Let's go through the fancy numbers! (I know you don't think this allows for growth but it does. Guys can get better. It's just that they rarely get THAT much better overnight and a lot of times they are helped by out-of-whack luck on things they don't have much control over. Remember how we did this with Detwiler? Remember how he had a 0.90 ERA in his first 3 starts and we said it couldn't last and then in his next 3 starts he had an ERA of 4.50? That's why you need to pay attention here)
The Ranges - stats that can vary by pitcher but fall within a typical range.
BABIP (ranges between .250 - .325)
Career: .287 Last year: .288 This year : .209
Sorry, right here is a big reason ZNN is among the best pitchers in the NL right now. This early in the year, this is usually all it takes. Find a surprisingly low ERA and there is usually a surprisingly, and unsustainably, low BABIP behind it. Don't believe me? Jason Marquis has a 3.50 ERA and is 4-2. His BABIP is .223. This is going up.
Career: 9.0% Last year: 9.2% This year: 4.9%
Jordan has always been decent at keeping balls in the park. As you'll see below he's pitching in a way that we'd expect fewer homers. Still, 5% is too low. This will also rise.
Career: 75.4% Last year: 79.3% This year: 84.6%
Hey a pattern! Luck going completely for ZNN in a way that just can't be kept up.
You might be saying, "why can't these things be kept up?". Well, I can't give you a specific physical reason. What I can tell you is that the entire history of baseball featuring thousands of pitchers tells us a story. It tells us that outside of singular fluke years, the ranges fall where the ranges fall. Like take BABIP. The lowest pitcher in the history of the game with 1000 IP has a career BABIP of .240, the highest .330. That .240 (and those around it) are from a different era. Since the strike? It's .262 and it's Mariano Rivera. Unless you think ZNN is possibly the greatest pitcher of all time you can't believe he will keep these numbers up.
But that doesn't mean he's not pitching well or getting better. Let's now look at the personal fancy stats
The personal stats - is he getting better?
Career : 43.2% Last Year : 43.4% This Year : 50.3%
ZNN in the past has been more of a flyball pitcher. Flyball pitchers tend to live and die by the strike out and the walk because flyballs will become home runs, and you have to make sure you don't have runners on base when that happens. Groundball pitchers have a little more leeway. ZNN this year has been a pretty solid GB pitcher.
Career 7.30 / 2.07 Last Year : 7.04 / 1.98 This year : 6.00 / 1.59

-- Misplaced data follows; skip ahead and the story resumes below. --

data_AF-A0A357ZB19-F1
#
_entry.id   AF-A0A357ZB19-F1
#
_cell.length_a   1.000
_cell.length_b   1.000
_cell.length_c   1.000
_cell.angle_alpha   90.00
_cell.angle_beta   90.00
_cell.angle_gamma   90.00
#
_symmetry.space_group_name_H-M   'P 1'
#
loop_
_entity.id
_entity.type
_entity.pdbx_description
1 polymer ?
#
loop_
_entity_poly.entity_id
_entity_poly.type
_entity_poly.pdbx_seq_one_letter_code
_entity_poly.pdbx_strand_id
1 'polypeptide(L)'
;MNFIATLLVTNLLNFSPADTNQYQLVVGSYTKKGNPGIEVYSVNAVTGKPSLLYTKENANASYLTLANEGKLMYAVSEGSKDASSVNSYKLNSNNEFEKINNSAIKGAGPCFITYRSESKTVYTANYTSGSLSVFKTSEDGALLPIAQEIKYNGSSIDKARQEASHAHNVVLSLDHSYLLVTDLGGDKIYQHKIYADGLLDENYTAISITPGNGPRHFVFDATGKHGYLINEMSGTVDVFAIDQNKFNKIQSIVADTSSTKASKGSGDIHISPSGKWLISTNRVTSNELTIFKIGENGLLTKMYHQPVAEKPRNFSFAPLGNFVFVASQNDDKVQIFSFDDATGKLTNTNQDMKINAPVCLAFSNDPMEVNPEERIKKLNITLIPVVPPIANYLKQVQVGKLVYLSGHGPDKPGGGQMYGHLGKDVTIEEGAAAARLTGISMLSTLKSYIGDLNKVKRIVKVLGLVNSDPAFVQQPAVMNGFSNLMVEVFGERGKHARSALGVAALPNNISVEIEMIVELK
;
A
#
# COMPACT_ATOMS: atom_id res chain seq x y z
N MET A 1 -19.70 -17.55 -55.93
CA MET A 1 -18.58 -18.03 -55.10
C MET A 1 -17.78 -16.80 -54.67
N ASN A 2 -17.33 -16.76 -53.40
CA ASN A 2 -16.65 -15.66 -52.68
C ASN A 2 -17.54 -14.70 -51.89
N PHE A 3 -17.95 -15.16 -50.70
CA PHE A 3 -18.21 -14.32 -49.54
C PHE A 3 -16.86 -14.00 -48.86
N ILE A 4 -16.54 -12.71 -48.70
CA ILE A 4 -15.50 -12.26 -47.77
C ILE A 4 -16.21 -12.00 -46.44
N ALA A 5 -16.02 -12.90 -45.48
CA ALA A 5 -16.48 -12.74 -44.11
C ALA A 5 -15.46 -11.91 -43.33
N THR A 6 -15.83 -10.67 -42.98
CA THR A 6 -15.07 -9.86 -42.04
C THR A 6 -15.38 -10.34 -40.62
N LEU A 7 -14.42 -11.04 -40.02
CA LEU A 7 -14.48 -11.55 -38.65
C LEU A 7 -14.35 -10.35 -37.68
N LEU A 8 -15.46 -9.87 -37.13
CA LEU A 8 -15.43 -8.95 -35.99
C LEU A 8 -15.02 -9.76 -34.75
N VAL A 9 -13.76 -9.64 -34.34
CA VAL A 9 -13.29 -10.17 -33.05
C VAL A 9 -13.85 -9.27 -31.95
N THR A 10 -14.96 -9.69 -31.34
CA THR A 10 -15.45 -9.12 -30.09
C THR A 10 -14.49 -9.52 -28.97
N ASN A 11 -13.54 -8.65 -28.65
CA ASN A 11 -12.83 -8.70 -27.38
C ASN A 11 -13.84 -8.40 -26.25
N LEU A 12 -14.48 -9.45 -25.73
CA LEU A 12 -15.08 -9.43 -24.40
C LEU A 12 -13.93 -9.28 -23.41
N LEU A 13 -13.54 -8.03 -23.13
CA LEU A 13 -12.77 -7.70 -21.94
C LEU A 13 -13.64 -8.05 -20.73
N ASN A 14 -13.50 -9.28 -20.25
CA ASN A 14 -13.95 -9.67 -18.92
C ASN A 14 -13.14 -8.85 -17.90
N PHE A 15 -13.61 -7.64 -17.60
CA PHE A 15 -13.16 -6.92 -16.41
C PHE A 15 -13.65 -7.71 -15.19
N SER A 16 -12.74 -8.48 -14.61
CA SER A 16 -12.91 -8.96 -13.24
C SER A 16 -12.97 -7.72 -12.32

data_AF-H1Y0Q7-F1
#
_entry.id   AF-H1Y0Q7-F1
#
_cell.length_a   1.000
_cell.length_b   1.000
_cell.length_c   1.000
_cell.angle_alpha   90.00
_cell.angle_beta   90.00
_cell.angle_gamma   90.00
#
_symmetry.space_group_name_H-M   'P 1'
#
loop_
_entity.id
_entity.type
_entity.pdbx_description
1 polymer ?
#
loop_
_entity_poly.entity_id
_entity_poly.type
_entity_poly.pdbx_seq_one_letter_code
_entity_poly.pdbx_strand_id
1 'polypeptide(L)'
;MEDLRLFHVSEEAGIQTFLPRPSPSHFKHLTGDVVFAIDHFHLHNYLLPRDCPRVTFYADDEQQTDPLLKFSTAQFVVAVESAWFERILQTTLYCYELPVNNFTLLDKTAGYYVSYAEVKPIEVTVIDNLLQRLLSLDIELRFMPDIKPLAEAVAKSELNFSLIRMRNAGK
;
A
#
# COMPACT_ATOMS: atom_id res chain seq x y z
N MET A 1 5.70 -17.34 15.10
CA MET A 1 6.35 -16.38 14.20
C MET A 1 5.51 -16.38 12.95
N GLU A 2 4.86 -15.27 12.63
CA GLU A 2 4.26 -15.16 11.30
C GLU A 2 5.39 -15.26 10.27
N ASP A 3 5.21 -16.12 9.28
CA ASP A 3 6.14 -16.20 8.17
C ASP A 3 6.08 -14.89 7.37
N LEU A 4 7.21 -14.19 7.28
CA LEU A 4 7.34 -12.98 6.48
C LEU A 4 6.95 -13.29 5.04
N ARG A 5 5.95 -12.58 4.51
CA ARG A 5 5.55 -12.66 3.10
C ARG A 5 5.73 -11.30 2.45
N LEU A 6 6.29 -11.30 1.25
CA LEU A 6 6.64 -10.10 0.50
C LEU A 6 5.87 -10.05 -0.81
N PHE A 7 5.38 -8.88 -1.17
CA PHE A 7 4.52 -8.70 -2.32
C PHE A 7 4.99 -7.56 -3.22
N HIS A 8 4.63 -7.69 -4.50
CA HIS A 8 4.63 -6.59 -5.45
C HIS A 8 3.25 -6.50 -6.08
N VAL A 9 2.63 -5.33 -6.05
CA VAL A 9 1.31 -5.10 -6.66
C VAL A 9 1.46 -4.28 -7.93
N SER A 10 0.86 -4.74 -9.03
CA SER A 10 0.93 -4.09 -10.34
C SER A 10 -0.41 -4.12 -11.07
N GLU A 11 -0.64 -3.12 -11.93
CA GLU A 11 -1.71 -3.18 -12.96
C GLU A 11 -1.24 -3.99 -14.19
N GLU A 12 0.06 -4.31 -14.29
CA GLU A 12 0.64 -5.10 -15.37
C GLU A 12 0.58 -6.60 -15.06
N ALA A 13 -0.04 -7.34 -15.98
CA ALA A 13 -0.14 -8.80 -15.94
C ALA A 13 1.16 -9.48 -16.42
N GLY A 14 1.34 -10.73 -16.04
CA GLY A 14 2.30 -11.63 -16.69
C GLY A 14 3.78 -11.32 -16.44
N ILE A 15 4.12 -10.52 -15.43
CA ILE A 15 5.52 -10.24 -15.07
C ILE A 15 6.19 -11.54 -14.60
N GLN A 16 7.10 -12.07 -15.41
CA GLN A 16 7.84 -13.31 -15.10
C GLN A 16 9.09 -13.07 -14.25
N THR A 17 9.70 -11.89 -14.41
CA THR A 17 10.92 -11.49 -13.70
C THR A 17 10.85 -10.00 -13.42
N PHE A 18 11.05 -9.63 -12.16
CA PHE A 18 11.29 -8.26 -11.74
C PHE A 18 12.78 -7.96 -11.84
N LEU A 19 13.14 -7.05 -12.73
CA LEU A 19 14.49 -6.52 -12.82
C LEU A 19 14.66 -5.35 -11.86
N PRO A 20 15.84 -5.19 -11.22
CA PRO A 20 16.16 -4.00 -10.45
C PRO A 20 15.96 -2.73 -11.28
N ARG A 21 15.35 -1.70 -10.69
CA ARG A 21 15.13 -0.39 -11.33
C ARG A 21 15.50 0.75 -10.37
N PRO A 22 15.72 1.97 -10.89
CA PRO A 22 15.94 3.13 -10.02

He's also walking fewer people. While you don't want to see a drop in Ks the drop in walks is actually a bigger drop percentage wise (20% to 15%) and more important as he's moved from being a flyball guy to a ground ball guy so a drop in Ks matters less.
Pitch F/X data suggests that this isn't just fluky early season data. ZNN is pitching differently. Yes, more change-ups, but also more fastballs and fewer sliders. A better mix of offspeed stuff and more reliance on a top-notch fastball.
While the pitch effectiveness of the curve and the change remains mediocre the movement has improved on each. (thanks to brooksbaseball.net for the graphs)
And the whiffs on each pitch have increased dramatically.
So while it's likely that his biggest mistakes are still with these pitches (which would explain the mediocre pitch effectiveness) they are doing their jobs overall. They are keeping the hitters off balance so that the he can finish them off with weak contact on the fastball.
You see, before 2013 ZNN would try to finish off hitters with an off-speed pitch. Despite being only 23% of his total pitches, the slider accounted for 30+% of his strikeouts. The same thing was seen with the curve, about 12% of his pitches, but 17% of the strikeouts. Meanwhile with the fastball, you saw the opposite. He threw it over 60% of the time but it was only the "outcome" pitch (pitch where the AB ended) around 55% of the time and the K pitch around 50%.
In 2013 things have flipped. It's a little early to be sure if he's laying off the curve (he doesn't throw it that often) but the slider K percentage is down to 21%. The fastball has been thrown more (68% of the time) and its use as the outcome pitch has jumped dramatically (69%) as well as the K pitch (55%.)
This may not seem like much but there's a definite change here. The fastball,which is arguably his best pitch, is more entrenched as his out pitch. Which is as it should be.
Anyway, wrapping this all up what does this mean? It means that even though ZNN has gotten lucky, will experience some regression and is not likely to be in the Cy Young conversation at year's end, he is pitching better. He is throwing like a low-level #1 which, if Strasburg can pitch to his talent and Gio can pitch like last year, would give the Nats a 1-3 as good as anyone has had in a while.